“…this is my last jest.”
The roof of the saloon, through which he escapes, is symbolic of Hop-Frog’s physical body – it symbolizes his transcendence of his physical limitations
There is also much parallelism between Hop-Frog and “The Black Cat”
The mention of an animal
Both in the name of the story and the costumes of the sovereigns
Also parallel is the progressive demise of the characters
In “Black Cat,” mention of the first black cat initiates the downward spiral of the narrator’s personality
In Hop-Frog, the inevitable yet progressive demise of the King and his ministers starts simply with Hop-Frog’s idea of the orangutan costumes “ ‘Hop Frog’ is an interesting tale of hardship, tyranny, and perseverance and its incorporation of literary elements bolsters its strength and effect on the reader. ’ ”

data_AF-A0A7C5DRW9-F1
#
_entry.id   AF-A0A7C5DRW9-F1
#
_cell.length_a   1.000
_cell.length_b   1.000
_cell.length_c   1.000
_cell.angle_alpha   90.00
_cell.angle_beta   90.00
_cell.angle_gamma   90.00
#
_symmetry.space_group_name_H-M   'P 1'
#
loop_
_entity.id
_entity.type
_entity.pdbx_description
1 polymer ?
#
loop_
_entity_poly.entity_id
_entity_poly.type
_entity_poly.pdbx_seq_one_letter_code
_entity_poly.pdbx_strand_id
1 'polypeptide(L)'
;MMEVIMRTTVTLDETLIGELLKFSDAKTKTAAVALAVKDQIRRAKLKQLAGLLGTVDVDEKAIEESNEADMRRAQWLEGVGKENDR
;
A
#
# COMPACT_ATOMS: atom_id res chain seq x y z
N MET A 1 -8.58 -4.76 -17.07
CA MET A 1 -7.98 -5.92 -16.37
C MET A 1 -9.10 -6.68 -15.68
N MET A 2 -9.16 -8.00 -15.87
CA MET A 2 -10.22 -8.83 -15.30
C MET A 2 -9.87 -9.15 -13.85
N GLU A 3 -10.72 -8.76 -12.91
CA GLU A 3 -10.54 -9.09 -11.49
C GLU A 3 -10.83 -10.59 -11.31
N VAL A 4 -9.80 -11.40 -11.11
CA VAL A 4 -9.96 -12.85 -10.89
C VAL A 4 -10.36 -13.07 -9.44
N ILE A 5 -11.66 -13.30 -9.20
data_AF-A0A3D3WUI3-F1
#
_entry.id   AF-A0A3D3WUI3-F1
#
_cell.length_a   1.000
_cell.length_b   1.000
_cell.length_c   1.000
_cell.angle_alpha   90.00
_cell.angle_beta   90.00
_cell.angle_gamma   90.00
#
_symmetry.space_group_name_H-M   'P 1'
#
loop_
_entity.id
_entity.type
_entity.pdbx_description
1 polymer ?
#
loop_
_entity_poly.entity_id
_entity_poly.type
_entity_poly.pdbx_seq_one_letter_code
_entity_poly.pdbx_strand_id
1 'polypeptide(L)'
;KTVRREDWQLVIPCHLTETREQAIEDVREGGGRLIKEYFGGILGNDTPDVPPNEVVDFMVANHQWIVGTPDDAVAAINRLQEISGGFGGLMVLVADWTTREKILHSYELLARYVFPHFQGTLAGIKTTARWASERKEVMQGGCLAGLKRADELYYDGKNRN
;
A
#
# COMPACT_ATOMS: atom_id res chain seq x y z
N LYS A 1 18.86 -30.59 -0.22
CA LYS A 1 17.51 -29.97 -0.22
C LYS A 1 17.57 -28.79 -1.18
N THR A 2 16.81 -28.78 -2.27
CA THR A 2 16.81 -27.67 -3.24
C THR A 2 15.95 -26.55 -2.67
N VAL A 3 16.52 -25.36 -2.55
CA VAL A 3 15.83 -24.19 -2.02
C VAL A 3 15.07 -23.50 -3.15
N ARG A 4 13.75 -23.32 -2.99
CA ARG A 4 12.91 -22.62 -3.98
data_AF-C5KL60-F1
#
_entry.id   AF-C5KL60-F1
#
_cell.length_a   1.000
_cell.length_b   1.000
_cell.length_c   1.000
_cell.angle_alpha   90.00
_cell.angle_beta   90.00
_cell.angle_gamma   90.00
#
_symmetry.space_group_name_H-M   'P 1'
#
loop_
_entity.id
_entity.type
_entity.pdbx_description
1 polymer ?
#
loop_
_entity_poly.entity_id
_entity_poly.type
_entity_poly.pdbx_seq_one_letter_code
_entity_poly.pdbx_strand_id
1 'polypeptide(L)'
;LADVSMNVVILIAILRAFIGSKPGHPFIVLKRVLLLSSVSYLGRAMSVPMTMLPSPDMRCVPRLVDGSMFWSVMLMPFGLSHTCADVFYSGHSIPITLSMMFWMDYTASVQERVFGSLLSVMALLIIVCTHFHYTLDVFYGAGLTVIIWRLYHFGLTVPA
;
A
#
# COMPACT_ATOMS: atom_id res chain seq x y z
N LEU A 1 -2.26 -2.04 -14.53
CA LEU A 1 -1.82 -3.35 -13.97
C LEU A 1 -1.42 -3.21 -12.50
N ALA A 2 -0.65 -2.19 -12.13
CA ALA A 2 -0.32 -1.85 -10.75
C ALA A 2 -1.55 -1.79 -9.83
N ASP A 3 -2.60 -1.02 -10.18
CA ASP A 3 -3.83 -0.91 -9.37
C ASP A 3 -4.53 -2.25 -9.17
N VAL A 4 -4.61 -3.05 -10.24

“The story is notable mainly as a terrible exposition of the darkness of a human soul.”
Hop-Frog was one of the last stories Poe wrote during Poe’s lifetime
It was finished, just months before his death, in February of 1849 Some points in the story seem autobiographic to Poe’s life, as it was written toward the end of his lifetime
The king is symbolic of Poe’s wealthy foster father, John Allan
Like Poe, Hop-Frog is taken away from his home and sent to live with the 'King'
Both Poe and Hop-Frog are bothered by a glass of wine
As in The Black Cat, Fiend Intemperance makes a lasting impression in many of Poe’s tales, especially Hop-Frog, as it is very analogous to his own alcoholism The last line of dialogue is extremely significant in a sense of Poe’s life
When writing this line of prose, “this is my last jest,” Poe had truthfully yet unknowingly predicted his own fate of death
Hop-Frog’s last jest is symbolic of the entire story being one of the last that Poe ever wrote http://www.gcschools.net/ghs/housej/Studentwork/ryan.htm

http://en.wikipedia.org/wiki/Hop-Frog#Analysis

http://schoolworkhelper.net/edgar-allan-poes-hop-frog-summary-analysis/

http://www.eapoe.org/works/mabbott/tom3t037.htm

http://storyoftheweek.loa.org/2010/08/hop-frog.html

http://poethis.blogspot.com/2009/06/final-analysis-of-rues-morgue_22.html Credits: